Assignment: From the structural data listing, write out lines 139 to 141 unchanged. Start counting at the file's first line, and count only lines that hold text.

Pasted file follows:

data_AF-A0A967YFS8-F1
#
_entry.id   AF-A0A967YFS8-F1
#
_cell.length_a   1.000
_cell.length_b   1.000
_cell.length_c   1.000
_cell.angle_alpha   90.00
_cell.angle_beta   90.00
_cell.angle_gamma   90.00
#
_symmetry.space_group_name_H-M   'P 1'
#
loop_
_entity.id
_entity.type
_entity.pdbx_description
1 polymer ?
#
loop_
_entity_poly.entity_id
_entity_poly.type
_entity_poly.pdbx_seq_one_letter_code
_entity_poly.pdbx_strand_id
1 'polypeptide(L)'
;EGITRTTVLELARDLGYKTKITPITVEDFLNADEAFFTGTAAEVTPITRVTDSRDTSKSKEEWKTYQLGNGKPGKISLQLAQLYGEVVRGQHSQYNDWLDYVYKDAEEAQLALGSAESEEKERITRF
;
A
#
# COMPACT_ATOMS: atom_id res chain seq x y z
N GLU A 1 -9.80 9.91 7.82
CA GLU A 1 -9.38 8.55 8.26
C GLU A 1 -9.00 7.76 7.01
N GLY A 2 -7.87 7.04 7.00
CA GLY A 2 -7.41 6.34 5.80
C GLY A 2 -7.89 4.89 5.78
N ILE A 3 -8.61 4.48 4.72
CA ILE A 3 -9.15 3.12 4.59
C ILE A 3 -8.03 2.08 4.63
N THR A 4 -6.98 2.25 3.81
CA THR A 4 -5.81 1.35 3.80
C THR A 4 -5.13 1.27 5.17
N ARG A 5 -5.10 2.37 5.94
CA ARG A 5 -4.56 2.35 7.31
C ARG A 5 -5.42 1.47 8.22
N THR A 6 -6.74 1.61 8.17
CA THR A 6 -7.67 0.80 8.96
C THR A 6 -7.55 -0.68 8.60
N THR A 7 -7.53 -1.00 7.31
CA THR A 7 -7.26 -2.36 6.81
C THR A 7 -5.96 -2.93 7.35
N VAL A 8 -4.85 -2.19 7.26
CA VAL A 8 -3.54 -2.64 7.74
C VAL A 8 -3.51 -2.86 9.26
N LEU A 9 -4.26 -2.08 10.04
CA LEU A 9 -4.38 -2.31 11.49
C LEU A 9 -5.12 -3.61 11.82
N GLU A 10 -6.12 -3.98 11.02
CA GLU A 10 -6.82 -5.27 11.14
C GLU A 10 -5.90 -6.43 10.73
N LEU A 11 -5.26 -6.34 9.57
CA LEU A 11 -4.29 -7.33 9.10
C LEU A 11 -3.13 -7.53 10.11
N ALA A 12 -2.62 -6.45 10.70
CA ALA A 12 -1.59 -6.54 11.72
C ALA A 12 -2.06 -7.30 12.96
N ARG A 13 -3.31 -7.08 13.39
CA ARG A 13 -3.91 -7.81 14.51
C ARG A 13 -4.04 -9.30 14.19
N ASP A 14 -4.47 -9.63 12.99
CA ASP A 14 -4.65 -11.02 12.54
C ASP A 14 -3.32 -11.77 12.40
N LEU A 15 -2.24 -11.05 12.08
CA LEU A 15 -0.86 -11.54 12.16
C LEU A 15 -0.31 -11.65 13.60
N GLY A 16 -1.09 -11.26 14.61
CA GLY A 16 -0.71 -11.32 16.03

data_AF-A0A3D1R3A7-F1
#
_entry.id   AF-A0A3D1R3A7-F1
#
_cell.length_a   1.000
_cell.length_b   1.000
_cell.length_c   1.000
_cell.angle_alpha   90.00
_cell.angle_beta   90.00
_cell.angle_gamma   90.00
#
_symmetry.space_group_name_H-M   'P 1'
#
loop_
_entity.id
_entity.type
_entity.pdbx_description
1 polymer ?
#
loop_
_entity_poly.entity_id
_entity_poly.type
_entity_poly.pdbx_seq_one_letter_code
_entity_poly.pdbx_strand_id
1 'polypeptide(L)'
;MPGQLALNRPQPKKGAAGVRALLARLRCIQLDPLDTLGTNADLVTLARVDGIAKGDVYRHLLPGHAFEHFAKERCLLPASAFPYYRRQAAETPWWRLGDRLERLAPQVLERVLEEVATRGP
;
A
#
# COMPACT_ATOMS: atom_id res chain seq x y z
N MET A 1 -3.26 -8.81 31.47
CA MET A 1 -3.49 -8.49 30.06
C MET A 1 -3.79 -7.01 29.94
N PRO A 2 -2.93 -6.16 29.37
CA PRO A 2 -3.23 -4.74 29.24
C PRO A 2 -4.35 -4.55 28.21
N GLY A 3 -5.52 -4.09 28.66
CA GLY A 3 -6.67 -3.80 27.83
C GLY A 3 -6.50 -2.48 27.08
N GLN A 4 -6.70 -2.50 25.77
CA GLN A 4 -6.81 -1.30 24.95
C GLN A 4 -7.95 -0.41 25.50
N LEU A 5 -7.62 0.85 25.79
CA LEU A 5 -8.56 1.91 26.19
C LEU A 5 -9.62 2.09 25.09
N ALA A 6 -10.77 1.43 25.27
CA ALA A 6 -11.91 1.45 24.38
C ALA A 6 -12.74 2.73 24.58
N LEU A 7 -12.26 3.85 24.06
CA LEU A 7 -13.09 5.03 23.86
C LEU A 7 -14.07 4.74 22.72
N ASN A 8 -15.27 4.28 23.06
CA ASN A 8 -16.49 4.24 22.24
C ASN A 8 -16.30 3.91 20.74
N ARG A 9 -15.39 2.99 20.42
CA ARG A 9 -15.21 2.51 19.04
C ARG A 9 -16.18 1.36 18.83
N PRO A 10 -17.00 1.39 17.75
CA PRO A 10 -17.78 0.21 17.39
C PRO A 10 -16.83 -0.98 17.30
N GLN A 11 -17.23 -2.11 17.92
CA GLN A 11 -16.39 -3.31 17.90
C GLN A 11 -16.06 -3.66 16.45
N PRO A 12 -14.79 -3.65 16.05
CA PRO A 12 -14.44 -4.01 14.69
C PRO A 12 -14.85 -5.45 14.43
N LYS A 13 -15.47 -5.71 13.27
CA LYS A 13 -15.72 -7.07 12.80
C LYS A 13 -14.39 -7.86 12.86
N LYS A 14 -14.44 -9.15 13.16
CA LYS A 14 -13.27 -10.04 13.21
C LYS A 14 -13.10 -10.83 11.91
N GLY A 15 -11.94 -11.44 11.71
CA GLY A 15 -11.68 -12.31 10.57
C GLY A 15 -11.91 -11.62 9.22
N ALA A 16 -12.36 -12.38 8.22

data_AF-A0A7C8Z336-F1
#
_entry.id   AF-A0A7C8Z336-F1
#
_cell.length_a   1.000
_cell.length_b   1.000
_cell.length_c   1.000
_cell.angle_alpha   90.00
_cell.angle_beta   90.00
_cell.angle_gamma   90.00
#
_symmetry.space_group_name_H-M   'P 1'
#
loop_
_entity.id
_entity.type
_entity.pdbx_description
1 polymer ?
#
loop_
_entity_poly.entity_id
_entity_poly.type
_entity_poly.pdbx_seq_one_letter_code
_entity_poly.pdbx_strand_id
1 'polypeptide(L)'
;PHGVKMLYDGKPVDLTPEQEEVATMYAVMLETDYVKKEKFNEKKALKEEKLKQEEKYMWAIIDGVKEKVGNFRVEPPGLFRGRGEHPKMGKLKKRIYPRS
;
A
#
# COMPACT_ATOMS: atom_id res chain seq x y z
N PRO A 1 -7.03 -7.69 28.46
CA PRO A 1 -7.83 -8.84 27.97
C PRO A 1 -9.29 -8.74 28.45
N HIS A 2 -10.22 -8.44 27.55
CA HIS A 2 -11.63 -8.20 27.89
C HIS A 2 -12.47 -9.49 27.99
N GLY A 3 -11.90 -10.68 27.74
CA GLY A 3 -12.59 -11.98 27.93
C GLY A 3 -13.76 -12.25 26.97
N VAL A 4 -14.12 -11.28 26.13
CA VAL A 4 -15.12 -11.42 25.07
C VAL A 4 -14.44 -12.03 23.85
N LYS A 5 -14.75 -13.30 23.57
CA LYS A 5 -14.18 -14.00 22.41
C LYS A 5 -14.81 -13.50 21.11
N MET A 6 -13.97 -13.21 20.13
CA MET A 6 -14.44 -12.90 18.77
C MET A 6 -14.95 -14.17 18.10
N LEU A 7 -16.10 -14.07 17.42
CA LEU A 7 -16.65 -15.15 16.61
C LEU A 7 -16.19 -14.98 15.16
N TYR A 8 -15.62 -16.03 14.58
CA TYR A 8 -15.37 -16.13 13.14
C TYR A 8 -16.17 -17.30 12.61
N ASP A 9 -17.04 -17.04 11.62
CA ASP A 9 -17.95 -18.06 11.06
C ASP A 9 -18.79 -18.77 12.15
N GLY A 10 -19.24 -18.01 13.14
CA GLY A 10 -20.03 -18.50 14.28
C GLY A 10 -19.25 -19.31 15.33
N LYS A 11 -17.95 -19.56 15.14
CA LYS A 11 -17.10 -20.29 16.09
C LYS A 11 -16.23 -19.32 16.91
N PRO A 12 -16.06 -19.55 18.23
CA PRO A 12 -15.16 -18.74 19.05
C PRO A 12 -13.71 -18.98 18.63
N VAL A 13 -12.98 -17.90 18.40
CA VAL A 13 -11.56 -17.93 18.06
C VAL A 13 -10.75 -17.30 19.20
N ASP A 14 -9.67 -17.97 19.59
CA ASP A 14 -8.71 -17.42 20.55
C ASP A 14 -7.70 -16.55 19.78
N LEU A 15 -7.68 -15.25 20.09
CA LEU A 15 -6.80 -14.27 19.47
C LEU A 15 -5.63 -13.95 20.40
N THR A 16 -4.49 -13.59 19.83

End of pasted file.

CA GLN A 11 -16.39 -3.31 17.90
C GLN A 11 -16.06 -3.66 16.45
N PRO A 12 -14.79 -3.65 16.05